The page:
<p>Purpose: Due to the increasing demand for intensive care unit (ICU) treatment, and to improve quality and efficiency of care, there is a need for adequate and efficient clinical decision-making. The advancement of artificial intelligence (AI) technologies has resulted in the development of prediction models, which might aid clinical decision-making. This systematic review seeks to give a contemporary overview of the current maturity of AI in the ICU, the research methods behind these studies, and the risk of bias in these studies. Methods: A systematic search was conducted in Embase, Medline, Web of Science Core Collection and Cochrane Central Register of Controlled Trials databases to identify eligible studies. Studies using AI to analyze ICU data were considered eligible. Specifically, the study design, study aim, dataset size, level of validation, level of readiness, and the outcomes of clinical trials were extracted. Risk of bias in individual studies was evaluated by the Prediction model Risk Of Bias ASsessment Tool (PROBAST). Results: Out of 6455 studies identified through literature search, 494 were included. The most common study design was retrospective [476 studies (96.4% of all studies)] followed by prospective observational [8 (1.6%)] and clinical [10 (2%)] trials. 378 (80.9%) retrospective studies were classified as high risk of bias. No studies were identified that reported on the outcome evaluation of an AI model integrated in routine clinical practice. Conclusion: The vast majority of developed ICU-AI models remain within the testing and prototyping environment; only a handful were actually evaluated in clinical practice. A uniform and structured approach can support the development, safe delivery, and implementation of AI to determine clinical benefit in the ICU.</p>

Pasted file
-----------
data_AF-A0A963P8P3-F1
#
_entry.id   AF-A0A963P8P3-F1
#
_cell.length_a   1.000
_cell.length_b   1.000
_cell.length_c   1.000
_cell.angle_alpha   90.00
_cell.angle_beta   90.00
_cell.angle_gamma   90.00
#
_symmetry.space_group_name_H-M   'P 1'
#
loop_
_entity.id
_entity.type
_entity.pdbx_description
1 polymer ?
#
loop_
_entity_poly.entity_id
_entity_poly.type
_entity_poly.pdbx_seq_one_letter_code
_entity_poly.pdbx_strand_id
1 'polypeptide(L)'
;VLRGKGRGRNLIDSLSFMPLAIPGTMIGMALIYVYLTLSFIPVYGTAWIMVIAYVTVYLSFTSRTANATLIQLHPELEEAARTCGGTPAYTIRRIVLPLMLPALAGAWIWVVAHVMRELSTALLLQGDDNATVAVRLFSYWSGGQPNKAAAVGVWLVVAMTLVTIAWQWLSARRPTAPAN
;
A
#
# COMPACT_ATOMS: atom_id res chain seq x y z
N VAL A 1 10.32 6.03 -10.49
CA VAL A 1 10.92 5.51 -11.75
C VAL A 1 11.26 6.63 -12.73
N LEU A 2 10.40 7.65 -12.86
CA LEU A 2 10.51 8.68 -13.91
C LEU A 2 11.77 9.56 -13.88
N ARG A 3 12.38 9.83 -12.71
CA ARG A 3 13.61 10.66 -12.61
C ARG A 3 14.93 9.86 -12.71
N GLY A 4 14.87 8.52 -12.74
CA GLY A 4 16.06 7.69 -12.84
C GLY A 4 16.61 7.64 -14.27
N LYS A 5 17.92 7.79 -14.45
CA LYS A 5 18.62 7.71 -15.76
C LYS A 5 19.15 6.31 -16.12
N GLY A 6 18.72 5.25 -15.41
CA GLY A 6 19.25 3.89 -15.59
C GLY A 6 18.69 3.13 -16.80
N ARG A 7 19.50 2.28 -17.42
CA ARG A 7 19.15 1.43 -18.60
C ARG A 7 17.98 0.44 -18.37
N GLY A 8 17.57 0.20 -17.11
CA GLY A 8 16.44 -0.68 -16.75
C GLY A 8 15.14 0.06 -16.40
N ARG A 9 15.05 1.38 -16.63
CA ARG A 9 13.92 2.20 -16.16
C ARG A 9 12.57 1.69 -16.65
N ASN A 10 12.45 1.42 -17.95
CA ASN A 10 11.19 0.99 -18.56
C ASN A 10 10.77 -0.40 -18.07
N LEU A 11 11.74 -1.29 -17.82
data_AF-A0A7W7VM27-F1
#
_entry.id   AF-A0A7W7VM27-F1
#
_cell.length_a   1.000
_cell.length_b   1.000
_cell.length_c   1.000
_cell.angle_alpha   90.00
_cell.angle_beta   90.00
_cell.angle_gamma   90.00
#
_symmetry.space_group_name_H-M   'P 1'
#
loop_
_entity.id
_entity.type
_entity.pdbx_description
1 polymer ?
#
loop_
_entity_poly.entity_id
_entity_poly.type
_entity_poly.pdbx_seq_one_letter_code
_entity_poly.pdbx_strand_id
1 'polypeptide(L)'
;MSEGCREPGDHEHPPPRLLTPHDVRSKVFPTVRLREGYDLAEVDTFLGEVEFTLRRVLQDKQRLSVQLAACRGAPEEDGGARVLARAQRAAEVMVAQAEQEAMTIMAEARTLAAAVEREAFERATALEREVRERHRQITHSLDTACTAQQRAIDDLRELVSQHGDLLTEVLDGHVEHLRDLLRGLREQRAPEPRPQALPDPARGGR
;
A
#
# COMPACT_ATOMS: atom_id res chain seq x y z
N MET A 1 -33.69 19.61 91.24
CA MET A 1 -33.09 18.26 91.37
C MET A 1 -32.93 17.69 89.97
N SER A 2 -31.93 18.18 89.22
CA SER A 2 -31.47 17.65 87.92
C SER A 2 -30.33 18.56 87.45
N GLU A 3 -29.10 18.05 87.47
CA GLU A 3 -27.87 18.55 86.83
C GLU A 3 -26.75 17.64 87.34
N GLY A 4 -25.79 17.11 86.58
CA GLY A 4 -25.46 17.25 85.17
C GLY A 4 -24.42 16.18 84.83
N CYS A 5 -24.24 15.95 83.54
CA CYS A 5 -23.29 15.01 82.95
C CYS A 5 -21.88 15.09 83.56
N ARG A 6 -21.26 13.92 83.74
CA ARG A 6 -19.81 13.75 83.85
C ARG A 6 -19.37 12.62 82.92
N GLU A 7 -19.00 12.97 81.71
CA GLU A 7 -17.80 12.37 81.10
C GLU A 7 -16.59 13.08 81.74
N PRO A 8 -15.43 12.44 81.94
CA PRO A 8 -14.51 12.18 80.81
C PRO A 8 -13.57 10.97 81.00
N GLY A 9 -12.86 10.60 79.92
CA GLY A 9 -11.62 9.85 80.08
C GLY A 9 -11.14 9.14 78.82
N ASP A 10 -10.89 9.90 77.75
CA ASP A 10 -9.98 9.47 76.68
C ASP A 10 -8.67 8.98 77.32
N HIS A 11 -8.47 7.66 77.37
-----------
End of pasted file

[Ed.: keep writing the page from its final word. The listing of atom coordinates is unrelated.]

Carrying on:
doi.org/10.1007/s00134-021-06446-7, hdl.handle.net/1765/135942
Intensive Care Medicine
Erasmus MC: University Medical Center Rotterdam

D.G.M.M. (Davy) van de Sande, M.E. (Michel) van Genderen, Joost Huiskens, D.A.M.P.J. (Diederik) Gommers, & J. (Jasper) van Bommel. (2021). Moving from bytes to bedside. Intensive Care Medicine (Vol. 47, pp. 750–760). doi:10.1007/s00134-021-06446-7